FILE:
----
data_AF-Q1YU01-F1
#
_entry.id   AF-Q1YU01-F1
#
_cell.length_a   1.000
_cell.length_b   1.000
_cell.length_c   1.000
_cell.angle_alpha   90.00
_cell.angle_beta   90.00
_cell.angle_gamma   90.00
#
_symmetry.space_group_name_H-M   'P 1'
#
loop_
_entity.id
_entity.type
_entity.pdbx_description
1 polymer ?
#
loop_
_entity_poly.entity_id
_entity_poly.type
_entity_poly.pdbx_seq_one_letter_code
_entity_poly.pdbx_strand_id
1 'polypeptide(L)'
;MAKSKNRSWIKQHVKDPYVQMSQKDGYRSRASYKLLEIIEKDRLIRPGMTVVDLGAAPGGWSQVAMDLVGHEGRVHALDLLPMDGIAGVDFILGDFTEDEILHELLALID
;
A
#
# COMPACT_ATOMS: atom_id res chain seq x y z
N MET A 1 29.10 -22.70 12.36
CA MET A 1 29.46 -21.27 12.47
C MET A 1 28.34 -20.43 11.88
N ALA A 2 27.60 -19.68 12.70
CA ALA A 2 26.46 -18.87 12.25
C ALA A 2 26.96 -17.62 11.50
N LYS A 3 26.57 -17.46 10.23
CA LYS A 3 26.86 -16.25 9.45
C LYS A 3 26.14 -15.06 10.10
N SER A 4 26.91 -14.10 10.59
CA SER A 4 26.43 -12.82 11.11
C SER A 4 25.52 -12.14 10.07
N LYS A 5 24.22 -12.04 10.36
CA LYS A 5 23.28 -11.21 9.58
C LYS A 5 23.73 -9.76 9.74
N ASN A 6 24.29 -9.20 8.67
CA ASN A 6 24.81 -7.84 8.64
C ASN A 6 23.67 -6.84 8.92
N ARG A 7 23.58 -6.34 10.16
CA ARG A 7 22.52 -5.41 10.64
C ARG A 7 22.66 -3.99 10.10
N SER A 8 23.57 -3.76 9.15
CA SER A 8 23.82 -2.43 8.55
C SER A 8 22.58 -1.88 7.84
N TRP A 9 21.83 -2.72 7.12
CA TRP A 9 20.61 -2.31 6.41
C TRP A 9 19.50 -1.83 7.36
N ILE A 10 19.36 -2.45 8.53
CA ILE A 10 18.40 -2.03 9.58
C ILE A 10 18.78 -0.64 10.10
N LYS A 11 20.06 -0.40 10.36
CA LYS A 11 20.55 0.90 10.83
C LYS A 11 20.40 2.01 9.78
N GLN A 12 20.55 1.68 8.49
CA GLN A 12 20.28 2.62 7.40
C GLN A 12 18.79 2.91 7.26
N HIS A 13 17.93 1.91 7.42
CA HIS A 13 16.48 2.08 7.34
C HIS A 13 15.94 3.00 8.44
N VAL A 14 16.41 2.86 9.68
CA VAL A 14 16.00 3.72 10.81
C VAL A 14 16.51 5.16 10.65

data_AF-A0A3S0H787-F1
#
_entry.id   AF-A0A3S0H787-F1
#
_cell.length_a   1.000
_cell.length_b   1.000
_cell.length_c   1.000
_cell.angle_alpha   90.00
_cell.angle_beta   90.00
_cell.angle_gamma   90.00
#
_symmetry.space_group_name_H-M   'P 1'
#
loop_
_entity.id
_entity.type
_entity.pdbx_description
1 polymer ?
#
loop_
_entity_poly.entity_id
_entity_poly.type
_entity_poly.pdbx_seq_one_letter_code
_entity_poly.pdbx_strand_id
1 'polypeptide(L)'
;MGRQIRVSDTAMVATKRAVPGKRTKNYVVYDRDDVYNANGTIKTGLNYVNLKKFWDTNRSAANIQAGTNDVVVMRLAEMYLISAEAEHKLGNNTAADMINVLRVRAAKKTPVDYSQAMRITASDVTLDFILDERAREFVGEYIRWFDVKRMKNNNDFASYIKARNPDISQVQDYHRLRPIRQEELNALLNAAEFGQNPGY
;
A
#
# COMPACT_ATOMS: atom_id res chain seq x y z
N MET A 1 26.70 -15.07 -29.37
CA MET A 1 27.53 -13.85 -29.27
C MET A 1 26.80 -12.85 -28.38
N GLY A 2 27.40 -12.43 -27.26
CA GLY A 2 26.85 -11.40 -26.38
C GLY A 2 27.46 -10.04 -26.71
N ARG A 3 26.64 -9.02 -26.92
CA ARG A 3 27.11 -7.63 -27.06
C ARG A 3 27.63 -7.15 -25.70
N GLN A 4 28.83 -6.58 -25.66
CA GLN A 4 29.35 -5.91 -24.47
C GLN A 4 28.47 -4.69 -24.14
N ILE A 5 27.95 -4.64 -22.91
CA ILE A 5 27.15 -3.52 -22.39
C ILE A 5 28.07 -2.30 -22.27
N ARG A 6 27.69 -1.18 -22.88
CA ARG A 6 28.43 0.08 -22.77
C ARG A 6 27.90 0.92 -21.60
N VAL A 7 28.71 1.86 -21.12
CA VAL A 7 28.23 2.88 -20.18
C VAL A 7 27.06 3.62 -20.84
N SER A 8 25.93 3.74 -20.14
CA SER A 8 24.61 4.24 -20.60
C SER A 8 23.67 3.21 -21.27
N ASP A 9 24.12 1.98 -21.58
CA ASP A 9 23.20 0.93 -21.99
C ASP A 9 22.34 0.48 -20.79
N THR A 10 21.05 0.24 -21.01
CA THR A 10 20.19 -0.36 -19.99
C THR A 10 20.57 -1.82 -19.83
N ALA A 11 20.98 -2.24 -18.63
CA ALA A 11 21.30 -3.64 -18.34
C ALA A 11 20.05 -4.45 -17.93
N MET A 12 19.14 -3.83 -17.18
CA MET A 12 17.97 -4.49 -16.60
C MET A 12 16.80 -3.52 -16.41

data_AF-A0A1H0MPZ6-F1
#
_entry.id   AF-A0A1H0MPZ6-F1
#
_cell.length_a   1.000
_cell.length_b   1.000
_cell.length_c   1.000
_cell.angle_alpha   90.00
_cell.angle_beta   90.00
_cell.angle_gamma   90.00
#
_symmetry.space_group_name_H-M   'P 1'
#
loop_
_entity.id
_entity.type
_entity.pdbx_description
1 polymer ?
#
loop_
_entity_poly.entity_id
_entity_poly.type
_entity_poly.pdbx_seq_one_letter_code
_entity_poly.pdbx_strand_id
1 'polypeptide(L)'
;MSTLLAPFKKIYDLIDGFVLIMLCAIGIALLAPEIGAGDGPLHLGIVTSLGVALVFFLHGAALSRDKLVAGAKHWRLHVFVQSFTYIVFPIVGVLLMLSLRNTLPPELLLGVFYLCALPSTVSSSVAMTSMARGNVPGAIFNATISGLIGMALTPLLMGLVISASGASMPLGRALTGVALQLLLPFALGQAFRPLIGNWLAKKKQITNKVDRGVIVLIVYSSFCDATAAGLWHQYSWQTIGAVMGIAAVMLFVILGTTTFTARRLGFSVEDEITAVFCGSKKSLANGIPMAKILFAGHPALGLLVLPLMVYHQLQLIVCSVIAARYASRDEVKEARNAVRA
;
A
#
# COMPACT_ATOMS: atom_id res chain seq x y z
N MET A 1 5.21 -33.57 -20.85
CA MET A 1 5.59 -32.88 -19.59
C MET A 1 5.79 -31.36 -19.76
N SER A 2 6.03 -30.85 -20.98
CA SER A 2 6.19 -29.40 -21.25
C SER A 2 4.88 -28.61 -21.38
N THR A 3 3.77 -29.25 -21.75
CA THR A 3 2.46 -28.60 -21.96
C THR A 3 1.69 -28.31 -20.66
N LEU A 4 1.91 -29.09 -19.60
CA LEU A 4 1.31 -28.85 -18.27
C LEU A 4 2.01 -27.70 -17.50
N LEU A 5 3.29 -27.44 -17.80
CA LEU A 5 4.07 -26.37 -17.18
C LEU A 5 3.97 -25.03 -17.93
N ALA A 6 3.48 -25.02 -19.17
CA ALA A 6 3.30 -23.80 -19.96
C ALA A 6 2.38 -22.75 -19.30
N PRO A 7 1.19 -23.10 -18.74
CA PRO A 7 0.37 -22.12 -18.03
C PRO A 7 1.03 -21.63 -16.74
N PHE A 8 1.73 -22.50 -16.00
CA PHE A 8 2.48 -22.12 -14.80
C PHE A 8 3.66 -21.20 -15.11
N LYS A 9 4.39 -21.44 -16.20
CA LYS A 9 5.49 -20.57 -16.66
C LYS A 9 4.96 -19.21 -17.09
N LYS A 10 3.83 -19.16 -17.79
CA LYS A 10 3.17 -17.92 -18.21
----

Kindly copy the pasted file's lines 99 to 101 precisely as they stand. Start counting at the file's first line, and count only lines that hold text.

;
A
#